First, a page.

After studying the great books at St. John’s College I dreamed of writing the next great American novel, so I enrolled in a graduate writing program. My fiction-writing teacher told me to write about what I knew but since I didn’t seem know much of anything then, medical school seemed like the easier option.
In medical school and residency I learned that getting to the heart of the patient’s story was good medical practice. From my public health training I discovered our hospital-focused sickness care system wasn’t doing nearly as good a job as most people think in promoting healing. Then I went to work as a physician, healthcare researcher, and teacher of doctors-in-training at the University of Tennessee. I published research in many peer-reviewed medical journals, but, after 15 years of practice, realized a hundred journal articles a year wouldn’t change the minds and hearts of American people in the way that was needed to transform our broken healthcare system into one that actually promotes health.
Then came 9–11, my birthday. I knew that horrible as the twin towers disaster was, healthcare was worse: a 747 planeload’s worth of people killed by medical mistakes every day and no one doing anything about it. On the contrary, many profited from it. The public was oblivious of the danger. People view hospitals as great temples of hope and healing, when in fact they are the most dangerous places of all. I knew then that I needed to tell the story.
I started writing The End of Healing as a work of narrative non-fiction. When my spouse, who is also my editor, told me I was writing fiction—and suggested I’d better stop because it would take me forever—my first reaction was denial. I assured her that I was, in fact, writing creative non-fiction. As usual, she was right. A full year later, in 2004, I admitted I was writing fiction—and it filled me with terror. I couldn’t write fiction. That had already been determined. But The End of Healing was a compulsion for me and I wrote nearly every day from 2004 until its publication. I wrote and wrote and edited and edited and learned the art of story telling over a decade because I had to. The story had to be told. And it is a story you need to know.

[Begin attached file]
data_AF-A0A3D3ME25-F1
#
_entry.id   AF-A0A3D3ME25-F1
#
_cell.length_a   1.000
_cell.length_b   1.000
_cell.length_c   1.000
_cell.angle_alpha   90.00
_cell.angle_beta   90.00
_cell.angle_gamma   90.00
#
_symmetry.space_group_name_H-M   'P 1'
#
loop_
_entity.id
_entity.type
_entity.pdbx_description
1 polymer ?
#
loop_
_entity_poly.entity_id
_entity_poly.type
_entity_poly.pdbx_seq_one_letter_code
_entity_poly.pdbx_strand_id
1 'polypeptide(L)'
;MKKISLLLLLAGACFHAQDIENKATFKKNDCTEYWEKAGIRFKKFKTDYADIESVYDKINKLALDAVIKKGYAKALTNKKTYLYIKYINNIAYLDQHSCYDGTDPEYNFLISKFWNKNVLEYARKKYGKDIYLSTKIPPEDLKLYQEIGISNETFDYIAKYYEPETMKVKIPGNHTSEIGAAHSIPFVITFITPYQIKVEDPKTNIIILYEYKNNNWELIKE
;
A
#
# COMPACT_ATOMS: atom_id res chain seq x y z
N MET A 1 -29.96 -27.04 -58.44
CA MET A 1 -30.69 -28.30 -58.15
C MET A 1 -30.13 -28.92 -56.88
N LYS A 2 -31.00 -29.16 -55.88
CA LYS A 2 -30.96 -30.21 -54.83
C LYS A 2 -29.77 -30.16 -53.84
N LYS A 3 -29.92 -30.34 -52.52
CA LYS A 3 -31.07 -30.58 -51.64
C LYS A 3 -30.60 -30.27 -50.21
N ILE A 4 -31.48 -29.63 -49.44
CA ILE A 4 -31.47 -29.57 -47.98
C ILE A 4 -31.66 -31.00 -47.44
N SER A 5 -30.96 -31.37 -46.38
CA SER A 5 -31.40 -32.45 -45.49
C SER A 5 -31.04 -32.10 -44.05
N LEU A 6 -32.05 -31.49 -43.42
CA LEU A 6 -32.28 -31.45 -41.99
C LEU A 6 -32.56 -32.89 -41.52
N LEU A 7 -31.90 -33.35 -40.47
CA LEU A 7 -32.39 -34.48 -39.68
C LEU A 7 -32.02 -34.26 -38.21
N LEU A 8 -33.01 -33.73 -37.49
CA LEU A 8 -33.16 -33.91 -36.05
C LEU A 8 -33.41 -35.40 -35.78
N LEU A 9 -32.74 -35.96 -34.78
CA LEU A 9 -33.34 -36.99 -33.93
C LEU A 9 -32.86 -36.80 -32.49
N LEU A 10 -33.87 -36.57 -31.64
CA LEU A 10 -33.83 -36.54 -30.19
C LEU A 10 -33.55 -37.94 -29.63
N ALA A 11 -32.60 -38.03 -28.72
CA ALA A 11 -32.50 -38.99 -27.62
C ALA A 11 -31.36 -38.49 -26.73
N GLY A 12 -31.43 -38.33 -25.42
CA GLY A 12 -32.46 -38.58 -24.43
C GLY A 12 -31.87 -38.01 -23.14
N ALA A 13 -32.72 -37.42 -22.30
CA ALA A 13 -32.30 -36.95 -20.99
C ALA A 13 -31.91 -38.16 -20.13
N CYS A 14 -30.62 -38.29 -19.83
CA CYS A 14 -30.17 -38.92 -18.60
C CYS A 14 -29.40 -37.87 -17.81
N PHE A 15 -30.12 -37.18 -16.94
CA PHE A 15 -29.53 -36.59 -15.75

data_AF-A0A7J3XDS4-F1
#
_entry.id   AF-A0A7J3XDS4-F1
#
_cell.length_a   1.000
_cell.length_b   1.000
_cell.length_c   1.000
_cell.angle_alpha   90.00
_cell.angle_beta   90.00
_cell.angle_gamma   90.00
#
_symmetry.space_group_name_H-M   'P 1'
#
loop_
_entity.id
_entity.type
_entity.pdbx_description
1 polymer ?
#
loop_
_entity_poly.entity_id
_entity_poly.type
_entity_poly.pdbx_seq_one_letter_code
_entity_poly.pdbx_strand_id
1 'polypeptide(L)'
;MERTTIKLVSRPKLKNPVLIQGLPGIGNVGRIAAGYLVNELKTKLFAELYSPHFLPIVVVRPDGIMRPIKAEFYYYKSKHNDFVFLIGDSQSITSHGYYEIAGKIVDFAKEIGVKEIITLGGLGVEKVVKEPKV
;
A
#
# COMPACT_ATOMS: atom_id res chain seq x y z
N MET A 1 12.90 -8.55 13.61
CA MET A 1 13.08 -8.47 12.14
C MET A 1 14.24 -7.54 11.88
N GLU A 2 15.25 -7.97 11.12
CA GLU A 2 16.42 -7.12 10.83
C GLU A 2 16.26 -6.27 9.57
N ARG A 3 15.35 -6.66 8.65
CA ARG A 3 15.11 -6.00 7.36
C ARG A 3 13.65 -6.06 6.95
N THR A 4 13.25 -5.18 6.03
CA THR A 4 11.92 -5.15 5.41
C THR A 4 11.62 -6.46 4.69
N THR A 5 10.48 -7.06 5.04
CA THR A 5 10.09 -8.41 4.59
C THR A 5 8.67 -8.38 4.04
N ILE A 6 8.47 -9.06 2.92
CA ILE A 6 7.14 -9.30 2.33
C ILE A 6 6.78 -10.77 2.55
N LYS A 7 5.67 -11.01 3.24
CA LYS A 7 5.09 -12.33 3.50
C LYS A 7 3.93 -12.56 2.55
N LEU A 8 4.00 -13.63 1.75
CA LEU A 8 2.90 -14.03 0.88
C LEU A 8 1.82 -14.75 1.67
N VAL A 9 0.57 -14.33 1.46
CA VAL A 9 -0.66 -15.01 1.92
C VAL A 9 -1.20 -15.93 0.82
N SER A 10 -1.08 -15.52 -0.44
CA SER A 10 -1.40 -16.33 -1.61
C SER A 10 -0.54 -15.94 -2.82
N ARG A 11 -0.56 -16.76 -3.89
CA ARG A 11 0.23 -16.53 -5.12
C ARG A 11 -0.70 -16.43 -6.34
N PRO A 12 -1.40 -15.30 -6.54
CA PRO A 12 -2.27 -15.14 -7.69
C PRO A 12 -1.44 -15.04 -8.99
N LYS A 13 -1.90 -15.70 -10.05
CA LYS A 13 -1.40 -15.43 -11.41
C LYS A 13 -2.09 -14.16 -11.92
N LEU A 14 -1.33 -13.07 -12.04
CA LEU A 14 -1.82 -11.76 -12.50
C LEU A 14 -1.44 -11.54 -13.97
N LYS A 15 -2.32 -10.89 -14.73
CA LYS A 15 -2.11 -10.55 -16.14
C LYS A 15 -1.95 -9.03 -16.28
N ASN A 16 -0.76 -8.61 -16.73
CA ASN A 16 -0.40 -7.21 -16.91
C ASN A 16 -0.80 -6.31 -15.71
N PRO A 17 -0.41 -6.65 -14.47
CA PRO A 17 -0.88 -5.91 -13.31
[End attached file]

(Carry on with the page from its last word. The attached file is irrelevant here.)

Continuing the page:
Title: The End of Healing
Author: Dr. Jim Bailey
Publisher: The Healthy City
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Dr. Don Newman, a resident physician at the renowned University Hospital, awakens in a windowless call room in the middle of the night to the screams of his pager. As he runs to a dark ward to attend to a dying woman strapped to a bed, Don realizes that despite having worked long and hard to become a doctor—and having sworn to do no harm—harm has become his business.
So begins Dr. Newman’s quest to become a healer in a system that puts profits ahead of patients. Abandoning his plans to become a cardiologist, Dr. Newman enrolls in an Ivy League graduate program in health system science, where an unorthodox professor promises to guide him ever deeper into the dark secrets of the healthcare industry. Along with fellow students Frances Hunt, a sharp and alluring nurse practitioner, and Bruce Markum, a cocky, well-connected surgeon, Dr. Newman begins a journey into the medical underworld.
When Dr. Newman unearths evidence of a conspiracy stretching from the halls of Congress to Wall Street and even to his small campus, his harmless course of study becomes deadly serious. Will he be silenced? Or will he find a way to save his patients and others from needless torture? One thing is certain: the path to healing is fraught with danger. Will this path lead Don to a dead end?
About the Author:
Jim Bailey is a fellow in the American College of Physicians and professor of medicine and preventive medicine at the University of Tennessee Health Science Center in Memphis, where he directs the Center for Health Systems Improvement, cares for the sick, and teaches doctors in training. His research appears in many peer-reviewed medical journals, including AMA, Journal of General Internal Medicine, and Annals of Internal Medicine. Dr. Bailey has an abiding passion for the classics, medical history, and ethics, and believes that sharing our stories can heal.The End of Healingis his first novel.